Linaceae (Flax Family)
The European Common Flax has been used by humans for thousands of years. It's long fibers are used to make linen, the oldest known textile. The fibers are used also for nets and ropes, and the seeds are pressed to obtain linseed oil. The left over seed husks and fiber-less plant material is used for cattle feed. It's latin name, Linum usitatissium, means "of maximum usefulness".
Linaceae in our area have flowers of 5 separate petals (which often fall away early), 5 nearly separate sepals, and five stamens, which alternate with the petals and join at the base to create a low collar. The pistil has 5 divisions length-wise, each of which produces 2 flattened seeds.
Flowers: Pale Blue to lavender, 5 petals, distinctly veined, .5 inch across.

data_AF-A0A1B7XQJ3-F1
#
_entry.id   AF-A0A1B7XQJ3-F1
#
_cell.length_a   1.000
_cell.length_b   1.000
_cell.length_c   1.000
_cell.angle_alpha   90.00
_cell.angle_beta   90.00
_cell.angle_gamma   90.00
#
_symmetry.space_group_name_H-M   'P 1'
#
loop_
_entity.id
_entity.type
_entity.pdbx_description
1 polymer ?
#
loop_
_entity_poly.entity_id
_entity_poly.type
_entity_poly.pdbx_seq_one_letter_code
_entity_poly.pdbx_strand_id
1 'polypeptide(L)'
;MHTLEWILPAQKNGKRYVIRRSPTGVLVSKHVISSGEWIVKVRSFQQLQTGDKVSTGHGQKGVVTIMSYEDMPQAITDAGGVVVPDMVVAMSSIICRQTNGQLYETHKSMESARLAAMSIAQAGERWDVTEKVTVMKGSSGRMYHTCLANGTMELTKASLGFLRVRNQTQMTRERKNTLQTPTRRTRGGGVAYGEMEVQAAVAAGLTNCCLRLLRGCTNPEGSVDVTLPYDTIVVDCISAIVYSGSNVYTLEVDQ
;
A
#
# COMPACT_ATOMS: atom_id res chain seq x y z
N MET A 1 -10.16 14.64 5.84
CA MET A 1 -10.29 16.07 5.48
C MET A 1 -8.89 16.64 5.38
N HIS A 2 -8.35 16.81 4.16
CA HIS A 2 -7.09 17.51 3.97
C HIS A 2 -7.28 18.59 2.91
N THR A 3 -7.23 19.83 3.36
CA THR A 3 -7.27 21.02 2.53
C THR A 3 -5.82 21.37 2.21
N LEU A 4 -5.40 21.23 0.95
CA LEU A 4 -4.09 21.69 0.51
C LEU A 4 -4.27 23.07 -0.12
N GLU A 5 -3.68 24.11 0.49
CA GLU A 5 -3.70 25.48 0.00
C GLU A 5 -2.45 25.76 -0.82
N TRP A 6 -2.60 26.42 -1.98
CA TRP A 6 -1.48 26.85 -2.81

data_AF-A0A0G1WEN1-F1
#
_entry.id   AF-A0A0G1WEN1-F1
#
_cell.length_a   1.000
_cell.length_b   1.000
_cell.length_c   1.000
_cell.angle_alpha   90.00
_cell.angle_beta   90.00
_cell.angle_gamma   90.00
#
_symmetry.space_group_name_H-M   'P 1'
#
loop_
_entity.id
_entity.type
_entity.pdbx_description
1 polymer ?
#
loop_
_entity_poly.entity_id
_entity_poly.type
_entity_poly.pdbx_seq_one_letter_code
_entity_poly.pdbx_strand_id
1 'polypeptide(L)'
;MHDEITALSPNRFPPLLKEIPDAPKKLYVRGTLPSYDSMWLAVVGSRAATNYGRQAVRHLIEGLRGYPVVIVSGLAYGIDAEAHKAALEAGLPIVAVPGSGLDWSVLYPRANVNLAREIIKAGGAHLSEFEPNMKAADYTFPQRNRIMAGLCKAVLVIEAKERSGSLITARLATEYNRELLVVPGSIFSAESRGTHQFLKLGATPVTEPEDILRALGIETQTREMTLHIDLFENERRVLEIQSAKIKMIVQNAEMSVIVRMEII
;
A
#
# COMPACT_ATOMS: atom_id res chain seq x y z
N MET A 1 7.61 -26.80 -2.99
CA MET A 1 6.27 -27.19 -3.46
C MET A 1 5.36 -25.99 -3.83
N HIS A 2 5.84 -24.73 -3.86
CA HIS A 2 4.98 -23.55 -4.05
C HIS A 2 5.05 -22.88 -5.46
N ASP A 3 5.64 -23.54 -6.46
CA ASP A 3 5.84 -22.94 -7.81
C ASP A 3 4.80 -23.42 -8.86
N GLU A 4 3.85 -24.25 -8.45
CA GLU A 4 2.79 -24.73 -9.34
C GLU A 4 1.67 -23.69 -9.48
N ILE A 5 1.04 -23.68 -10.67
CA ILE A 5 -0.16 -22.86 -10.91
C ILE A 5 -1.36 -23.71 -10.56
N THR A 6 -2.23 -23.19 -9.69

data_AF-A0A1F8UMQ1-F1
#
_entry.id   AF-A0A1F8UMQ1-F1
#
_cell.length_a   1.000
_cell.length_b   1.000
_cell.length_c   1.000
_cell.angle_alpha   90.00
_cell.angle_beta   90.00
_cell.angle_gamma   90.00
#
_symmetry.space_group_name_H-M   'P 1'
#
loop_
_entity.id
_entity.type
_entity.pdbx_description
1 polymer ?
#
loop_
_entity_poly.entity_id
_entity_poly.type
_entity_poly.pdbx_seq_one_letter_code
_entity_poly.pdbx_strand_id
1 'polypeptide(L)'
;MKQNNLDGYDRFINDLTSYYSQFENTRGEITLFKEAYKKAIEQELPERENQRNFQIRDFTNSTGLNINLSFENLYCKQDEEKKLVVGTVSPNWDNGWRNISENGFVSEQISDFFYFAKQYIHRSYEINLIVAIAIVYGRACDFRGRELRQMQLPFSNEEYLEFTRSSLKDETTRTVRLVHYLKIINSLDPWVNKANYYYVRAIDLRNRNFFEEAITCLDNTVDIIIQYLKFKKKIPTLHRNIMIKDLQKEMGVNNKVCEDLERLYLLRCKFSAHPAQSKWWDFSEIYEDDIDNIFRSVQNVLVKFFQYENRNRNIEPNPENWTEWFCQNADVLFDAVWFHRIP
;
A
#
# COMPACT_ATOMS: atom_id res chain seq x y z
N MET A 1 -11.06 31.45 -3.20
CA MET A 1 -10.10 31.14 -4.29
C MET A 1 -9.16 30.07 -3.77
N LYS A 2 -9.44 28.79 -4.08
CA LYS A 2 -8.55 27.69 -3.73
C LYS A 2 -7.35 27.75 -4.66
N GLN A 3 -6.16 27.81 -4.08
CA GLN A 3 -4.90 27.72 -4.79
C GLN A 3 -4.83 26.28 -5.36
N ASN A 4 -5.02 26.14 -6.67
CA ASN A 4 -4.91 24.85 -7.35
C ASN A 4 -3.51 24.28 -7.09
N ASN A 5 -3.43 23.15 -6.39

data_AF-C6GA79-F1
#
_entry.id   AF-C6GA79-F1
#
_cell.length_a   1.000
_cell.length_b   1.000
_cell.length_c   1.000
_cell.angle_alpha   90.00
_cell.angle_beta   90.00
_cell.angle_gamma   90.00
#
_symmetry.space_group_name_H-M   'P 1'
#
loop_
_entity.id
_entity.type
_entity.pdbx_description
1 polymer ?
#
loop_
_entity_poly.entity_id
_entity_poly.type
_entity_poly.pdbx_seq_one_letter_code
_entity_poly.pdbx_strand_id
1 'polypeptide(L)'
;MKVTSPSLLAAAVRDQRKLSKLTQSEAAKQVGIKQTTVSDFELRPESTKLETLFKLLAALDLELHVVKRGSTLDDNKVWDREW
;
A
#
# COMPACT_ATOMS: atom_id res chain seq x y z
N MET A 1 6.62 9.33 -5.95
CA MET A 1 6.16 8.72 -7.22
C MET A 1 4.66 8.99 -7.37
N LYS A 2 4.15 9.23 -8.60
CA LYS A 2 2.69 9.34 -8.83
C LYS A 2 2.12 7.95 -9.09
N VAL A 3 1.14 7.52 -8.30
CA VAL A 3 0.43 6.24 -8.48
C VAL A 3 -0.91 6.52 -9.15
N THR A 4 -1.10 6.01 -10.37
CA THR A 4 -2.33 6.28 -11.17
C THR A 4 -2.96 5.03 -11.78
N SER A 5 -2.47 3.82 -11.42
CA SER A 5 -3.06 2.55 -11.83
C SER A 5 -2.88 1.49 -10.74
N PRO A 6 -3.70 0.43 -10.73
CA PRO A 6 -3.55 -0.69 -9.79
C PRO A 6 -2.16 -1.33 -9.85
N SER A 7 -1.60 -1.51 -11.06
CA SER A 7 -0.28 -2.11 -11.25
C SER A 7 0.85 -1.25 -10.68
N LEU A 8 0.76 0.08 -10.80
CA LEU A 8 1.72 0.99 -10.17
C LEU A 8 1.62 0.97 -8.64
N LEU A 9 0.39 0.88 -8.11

Blooms: April - July.
Leaves: Short and upright, clinging to stem.
Fruit/Seeds: Small, black, flattened and in pairs.
Location: Grassy trails and meadows, Valley View Trail in San Pedro Valley County Park.
Status: Native - Common.
|Further description & Comment: 6 inches - 2 feet tall. Note the distinctive markings on the flowers and the tightly clasped leaves along the stems. Western Blue Flax is larger, has larger, overlapping petals.|
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